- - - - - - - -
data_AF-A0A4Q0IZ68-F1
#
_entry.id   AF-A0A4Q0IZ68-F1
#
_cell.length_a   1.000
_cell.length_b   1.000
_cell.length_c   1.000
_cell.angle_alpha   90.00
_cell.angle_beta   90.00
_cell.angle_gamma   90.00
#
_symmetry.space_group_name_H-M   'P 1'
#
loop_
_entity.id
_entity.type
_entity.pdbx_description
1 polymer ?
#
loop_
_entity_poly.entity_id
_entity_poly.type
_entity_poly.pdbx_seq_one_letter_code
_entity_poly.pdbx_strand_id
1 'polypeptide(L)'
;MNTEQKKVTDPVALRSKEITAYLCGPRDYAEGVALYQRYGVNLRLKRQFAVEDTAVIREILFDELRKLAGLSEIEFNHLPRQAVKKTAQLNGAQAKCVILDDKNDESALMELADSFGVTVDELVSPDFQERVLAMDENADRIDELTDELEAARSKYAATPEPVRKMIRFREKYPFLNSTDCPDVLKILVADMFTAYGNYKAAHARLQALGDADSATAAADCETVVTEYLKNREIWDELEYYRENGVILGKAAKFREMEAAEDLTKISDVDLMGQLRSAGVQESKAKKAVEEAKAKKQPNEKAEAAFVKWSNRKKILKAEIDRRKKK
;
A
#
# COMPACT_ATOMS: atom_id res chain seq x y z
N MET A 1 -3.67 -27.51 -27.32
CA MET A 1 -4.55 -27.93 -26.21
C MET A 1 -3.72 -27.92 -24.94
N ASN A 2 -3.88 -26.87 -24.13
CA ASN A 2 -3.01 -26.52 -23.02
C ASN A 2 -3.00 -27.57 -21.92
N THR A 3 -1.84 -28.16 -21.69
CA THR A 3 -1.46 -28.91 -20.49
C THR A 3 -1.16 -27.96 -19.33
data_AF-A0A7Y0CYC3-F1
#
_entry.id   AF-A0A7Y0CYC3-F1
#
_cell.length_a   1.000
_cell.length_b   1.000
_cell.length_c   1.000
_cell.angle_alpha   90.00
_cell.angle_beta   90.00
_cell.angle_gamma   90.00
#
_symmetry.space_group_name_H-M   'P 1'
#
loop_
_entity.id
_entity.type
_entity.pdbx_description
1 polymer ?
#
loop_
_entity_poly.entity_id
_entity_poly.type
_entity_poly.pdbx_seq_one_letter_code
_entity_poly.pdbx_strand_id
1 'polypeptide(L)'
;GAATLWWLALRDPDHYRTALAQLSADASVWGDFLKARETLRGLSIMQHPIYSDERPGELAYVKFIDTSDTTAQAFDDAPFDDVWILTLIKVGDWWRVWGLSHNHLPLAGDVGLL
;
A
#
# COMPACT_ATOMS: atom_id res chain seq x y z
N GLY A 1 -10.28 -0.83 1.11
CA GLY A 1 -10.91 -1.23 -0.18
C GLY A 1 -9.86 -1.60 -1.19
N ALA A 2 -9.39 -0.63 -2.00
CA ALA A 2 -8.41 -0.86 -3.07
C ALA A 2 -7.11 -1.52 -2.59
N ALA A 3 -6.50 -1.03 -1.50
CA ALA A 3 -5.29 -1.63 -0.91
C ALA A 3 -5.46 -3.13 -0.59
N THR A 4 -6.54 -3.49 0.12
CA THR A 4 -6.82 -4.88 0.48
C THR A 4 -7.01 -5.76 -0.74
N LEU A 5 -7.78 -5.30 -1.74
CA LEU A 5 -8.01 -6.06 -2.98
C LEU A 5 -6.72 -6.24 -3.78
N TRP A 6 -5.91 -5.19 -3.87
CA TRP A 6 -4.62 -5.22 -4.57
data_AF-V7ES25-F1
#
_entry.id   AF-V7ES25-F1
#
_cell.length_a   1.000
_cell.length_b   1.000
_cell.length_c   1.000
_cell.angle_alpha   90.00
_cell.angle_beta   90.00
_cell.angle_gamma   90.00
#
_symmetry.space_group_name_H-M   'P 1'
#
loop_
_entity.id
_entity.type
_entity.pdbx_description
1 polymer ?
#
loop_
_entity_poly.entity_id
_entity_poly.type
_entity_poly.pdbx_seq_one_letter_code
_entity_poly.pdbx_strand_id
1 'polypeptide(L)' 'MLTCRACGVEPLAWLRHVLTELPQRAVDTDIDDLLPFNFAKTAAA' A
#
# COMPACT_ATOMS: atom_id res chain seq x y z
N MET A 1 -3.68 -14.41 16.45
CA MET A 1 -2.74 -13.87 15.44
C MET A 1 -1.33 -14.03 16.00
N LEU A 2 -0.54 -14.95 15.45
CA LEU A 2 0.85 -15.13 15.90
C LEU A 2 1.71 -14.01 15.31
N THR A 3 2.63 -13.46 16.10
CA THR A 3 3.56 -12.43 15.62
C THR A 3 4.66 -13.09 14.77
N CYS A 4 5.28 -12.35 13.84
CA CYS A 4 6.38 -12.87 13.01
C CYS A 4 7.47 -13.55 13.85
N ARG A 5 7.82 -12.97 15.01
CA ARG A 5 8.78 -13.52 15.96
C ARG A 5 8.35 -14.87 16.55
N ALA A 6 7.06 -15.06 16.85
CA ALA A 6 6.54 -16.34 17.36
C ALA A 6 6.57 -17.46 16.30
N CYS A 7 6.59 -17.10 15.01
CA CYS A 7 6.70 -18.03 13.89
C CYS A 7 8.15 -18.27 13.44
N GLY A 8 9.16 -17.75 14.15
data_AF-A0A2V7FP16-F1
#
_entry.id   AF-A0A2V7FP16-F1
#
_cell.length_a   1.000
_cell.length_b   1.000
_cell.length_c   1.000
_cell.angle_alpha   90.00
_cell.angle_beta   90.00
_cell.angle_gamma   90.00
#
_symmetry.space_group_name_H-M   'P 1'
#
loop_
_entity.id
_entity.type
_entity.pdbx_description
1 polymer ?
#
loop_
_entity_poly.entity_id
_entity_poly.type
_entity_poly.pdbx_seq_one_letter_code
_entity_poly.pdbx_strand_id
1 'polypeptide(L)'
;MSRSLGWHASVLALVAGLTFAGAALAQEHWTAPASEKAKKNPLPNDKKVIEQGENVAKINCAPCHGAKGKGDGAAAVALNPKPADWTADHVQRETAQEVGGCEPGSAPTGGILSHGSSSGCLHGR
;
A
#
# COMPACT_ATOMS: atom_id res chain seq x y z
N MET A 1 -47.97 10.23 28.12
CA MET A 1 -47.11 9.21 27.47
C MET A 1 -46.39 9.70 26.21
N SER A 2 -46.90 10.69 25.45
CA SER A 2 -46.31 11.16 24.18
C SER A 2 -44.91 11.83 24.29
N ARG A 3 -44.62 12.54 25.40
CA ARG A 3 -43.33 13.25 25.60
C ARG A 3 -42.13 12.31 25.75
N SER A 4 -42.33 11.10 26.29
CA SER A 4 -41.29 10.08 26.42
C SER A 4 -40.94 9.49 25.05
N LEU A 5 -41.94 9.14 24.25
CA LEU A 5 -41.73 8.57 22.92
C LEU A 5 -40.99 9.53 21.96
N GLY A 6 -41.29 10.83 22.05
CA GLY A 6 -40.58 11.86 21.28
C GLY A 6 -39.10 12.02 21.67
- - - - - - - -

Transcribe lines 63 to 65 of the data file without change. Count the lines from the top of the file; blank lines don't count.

_entity_poly.pdbx_strand_id
1 'polypeptide(L)'
;GAATLWWLALRDPDHYRTALAQLSADASVWGDFLKARETLRGLSIMQHPIYSDERPGELAYVKFIDTSDTTAQAFDDAPFDDVWILTLIKVGDWWRVWGLSHNHLPLAGDVGLL